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St. Joseph’s Health enriches patient well-being through music therapy

Music therapy can improve depression symptoms in dementia patients and reduce agitation and stress, making it a valuable resource for staff in long-term care settings. In 2019, St. Joseph’s Health in Syracuse began a project to evaluate how personalized music therapy could positively impact the quality and safety of care for geriatric inpatients in its acute care settings.

Hearing a song with positive meaning or emotion can offer calmness, joy or feelings of safety. With this in mind, St. Joseph’s educated nursing staff on one of the clinical units on how to order personalized healing music for their confused, agitated and safety-concern patients. After the initial pilot, staff observed positive outcomes and received affirmative feedback from staff and families. The facility also expanded the program to the rest of the hospital while further evaluating its impact. Agitated geriatric inpatients were measured for changes in attention span, impulsivity, resistance to care, anger or other excessive or unsafe motions and behaviors.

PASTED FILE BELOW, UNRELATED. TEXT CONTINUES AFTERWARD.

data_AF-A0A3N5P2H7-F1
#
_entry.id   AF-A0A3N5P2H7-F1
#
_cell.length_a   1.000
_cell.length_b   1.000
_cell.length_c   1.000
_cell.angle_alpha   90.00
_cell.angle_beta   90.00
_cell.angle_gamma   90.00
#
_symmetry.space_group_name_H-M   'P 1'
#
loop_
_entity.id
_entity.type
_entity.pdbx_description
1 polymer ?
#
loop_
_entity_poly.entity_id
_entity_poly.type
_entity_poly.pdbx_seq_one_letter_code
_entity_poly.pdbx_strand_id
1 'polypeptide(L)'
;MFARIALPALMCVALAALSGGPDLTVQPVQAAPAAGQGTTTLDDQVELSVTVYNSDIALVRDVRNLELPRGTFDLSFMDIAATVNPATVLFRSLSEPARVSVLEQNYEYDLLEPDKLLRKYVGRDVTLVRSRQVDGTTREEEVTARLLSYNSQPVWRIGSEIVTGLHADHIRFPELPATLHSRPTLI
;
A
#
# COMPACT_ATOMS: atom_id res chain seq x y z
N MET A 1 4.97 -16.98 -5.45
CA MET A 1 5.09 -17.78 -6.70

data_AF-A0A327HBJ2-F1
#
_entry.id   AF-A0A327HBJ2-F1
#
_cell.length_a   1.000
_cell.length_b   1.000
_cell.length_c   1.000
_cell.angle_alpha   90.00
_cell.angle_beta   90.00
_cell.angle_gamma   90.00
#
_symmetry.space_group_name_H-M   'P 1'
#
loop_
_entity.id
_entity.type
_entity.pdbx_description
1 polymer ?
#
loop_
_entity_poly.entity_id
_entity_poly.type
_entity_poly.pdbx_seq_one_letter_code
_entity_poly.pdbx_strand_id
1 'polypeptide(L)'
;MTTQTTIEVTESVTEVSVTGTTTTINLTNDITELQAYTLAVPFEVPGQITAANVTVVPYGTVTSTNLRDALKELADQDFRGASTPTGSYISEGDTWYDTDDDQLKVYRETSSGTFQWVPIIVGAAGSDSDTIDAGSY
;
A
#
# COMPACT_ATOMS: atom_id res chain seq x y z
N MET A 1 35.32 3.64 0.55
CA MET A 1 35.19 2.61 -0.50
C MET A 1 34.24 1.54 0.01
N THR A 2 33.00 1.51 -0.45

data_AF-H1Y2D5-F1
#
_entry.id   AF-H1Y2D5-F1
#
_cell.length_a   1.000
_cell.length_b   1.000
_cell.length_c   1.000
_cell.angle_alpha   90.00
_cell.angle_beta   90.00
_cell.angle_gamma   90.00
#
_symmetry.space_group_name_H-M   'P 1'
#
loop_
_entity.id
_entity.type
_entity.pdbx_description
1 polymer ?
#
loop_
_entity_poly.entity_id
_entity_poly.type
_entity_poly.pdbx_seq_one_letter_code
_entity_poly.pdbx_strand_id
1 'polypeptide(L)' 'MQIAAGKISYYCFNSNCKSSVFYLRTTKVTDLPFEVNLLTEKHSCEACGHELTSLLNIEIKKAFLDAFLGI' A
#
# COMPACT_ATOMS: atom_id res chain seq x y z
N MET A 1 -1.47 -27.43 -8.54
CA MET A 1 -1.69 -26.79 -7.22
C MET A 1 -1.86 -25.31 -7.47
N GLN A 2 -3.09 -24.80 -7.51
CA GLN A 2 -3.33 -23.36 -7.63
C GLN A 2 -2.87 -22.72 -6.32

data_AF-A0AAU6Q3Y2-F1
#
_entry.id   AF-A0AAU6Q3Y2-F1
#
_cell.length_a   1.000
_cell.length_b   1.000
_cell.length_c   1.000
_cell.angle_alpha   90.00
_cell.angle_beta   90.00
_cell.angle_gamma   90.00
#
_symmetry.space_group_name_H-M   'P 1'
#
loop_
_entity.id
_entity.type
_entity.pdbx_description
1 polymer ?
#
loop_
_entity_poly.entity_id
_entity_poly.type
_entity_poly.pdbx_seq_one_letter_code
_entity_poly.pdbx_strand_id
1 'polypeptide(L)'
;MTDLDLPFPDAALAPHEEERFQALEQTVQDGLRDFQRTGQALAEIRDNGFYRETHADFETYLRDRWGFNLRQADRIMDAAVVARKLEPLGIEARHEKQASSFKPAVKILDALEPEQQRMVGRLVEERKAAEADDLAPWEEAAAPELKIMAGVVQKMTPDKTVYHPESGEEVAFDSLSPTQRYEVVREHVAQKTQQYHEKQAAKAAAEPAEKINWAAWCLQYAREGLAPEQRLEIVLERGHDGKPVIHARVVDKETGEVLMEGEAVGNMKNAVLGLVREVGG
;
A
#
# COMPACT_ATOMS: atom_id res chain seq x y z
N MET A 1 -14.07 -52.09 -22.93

Using the Agitated Behavior Scale, post-healing music scores decreased from two to 14 points per patient. The facility continues to implement its music therapy program for new inpatients and staff report multiple patients requesting “their” music on readmission for care.

We thank former clinical educator Natina Reed MSN, RNC, AGNP-BC for her efforts with this initiative. For more information, contact, Tricia Spoto, EdD, RN, SJH performance excellence coordinator and colleague educator, at Tricia.spoto@sjhsyr.org.